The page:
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A Tale of Two Cities

by Charles Dickens

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Book the Second, Chapters 19 and 20 Summary and Analysis

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On the tenth day, Dr. Manette recovers. Lorry, who fell asleep watching over the doctor, awakens on the sofa in Dr. Manette’s consulting room. Dr. Manette appears to have completely returned to his senses but does not remember what happened. Lorry cautiously tells him while they eat breakfast, hoping that Dr. Manette can provide professional insight into the strange episode. Dr. Manette assures Lorry that it will likely not occur again, but Lorry feels uneasy. He suggests that Dr. Manette dispose of his old shoemaker’s bench so it does not remind him of his time in the North Tower. Dr. Manette begrudgingly agrees but asks that the bench and tools be removed (in the name of Lucie) while he is away. Lorry and Miss Pross comply, destroying the bench while Dr. Manette is visiting Lucie and Darnay in Wales.

Sydney Carton visits Lucie and Darnay when they return from Wales. He appears to offer sincere congratulations and tells Darnay that he wishes they could be friends. He speaks of the dinner they shared after the treason trial and asks Darnay to forgive his drunken rudeness. Darnay insists that he has not thought of their dinner since and thanks Carton for helping to spare his life during the trial. Later that evening, after Carton leaves, Darnay tells Lorry, Dr. Manette, Lucie, and Miss Pross about the conversation. He spoke of Carton “not bitterly, or meaning to bear hard upon him, but as anybody might who saw him as he showed himself.” Lucie is mildly offended and, when they are alone, asks Darnay to be kinder towards Carton because she believes “he has a heart he very, very seldom reveals, and that there are deep wounds in it.” Darnay, who is mesmerized by the “purity of [Lucie’s] faith in this lost man,” wholeheartedly complies.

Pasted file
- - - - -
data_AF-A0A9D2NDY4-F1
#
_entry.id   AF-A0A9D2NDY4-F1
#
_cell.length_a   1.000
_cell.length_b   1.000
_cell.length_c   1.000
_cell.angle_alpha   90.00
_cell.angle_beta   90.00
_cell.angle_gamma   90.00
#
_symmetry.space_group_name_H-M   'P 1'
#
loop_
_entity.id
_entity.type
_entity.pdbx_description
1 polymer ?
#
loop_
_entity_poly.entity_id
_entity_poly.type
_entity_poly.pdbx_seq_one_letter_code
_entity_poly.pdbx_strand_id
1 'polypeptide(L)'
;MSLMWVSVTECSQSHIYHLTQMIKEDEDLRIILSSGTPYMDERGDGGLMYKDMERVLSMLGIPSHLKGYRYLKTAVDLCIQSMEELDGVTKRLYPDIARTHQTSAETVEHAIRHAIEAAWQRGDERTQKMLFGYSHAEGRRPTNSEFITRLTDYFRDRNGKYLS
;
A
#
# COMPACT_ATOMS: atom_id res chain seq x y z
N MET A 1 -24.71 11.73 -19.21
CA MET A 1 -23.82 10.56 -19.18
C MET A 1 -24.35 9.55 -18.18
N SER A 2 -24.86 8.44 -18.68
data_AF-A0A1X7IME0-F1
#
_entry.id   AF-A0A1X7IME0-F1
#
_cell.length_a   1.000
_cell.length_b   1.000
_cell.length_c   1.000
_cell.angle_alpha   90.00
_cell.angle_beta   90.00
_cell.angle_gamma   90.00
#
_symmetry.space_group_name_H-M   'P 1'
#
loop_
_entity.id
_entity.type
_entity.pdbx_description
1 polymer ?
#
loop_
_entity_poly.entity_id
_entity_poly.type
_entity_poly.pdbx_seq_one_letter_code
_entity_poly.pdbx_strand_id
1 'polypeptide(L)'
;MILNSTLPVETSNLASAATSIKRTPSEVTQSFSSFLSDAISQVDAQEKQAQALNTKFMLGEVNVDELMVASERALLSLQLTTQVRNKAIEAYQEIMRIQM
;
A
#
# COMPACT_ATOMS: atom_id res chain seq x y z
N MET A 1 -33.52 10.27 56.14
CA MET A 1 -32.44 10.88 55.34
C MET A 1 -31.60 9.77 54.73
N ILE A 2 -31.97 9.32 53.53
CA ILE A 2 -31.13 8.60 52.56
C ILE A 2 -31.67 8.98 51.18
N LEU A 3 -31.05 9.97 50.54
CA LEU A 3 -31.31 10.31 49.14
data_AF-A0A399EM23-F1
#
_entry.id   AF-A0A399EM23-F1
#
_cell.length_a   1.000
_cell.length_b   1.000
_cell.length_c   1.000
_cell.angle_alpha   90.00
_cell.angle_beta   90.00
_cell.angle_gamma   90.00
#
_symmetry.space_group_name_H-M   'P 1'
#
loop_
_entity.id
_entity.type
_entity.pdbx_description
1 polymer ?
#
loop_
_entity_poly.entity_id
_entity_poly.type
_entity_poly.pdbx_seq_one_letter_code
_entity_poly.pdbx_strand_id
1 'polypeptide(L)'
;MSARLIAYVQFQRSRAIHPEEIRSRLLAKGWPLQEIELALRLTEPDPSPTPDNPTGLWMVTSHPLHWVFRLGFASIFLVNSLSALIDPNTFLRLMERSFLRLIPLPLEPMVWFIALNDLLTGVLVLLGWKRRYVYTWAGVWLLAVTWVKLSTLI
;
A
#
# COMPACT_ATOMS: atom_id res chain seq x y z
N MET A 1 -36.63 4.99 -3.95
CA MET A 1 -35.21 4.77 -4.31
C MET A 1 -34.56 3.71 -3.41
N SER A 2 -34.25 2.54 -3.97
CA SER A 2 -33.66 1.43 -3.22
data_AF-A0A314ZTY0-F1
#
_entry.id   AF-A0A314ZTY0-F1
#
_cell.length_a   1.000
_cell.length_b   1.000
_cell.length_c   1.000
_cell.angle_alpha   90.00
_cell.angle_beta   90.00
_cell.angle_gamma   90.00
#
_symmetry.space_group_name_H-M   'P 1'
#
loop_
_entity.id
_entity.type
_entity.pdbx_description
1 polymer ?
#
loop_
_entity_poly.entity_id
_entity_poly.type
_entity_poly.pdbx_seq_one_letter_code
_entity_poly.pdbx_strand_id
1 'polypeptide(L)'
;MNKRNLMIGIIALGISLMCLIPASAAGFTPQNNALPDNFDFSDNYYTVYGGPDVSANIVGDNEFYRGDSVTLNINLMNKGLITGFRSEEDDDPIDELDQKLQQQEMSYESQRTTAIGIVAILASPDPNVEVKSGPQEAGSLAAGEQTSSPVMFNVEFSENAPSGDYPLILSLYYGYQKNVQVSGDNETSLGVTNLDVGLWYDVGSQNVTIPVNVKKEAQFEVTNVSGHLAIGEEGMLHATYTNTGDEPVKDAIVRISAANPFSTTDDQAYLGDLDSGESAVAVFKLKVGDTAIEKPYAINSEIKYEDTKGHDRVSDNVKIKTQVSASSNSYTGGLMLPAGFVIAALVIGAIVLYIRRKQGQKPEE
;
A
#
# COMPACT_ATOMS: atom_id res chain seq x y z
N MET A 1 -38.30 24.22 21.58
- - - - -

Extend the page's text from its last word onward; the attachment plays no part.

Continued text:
Though Lorry considers himself to be a detached and unemotional “man of business,” he clearly cares for the wellbeing of Dr. Manette and his family. His capacity for empathy and self-sacrifice is palpable; he takes an extended leave from Tellson’s Bank in order to care for Dr. Manette (with the help of Miss Pross) and goes to great effort to conceal Dr. Manette’s condition from Lucie. Dr. Manette’s abrupt regression, which he usually goes to great effort to avoid, suggests a parallel with the revolutionary sentiment that has begun to boil under the surface of Saint Antoine. Dr. Manette works to suppress the trauma of his imprisonment, but it erupts if it reaches a certain intensity; similarly, the deep resentment and rage among the French peasants will erupt in the French Revolution.

Meanwhile, Lucie, who remains the figurative resurrector of the novel, is the only one who sees any potential in Sydney Carton. Her unwavering support of Carton suggests—as we shall see—that he has begun his path to figurative resurrection.

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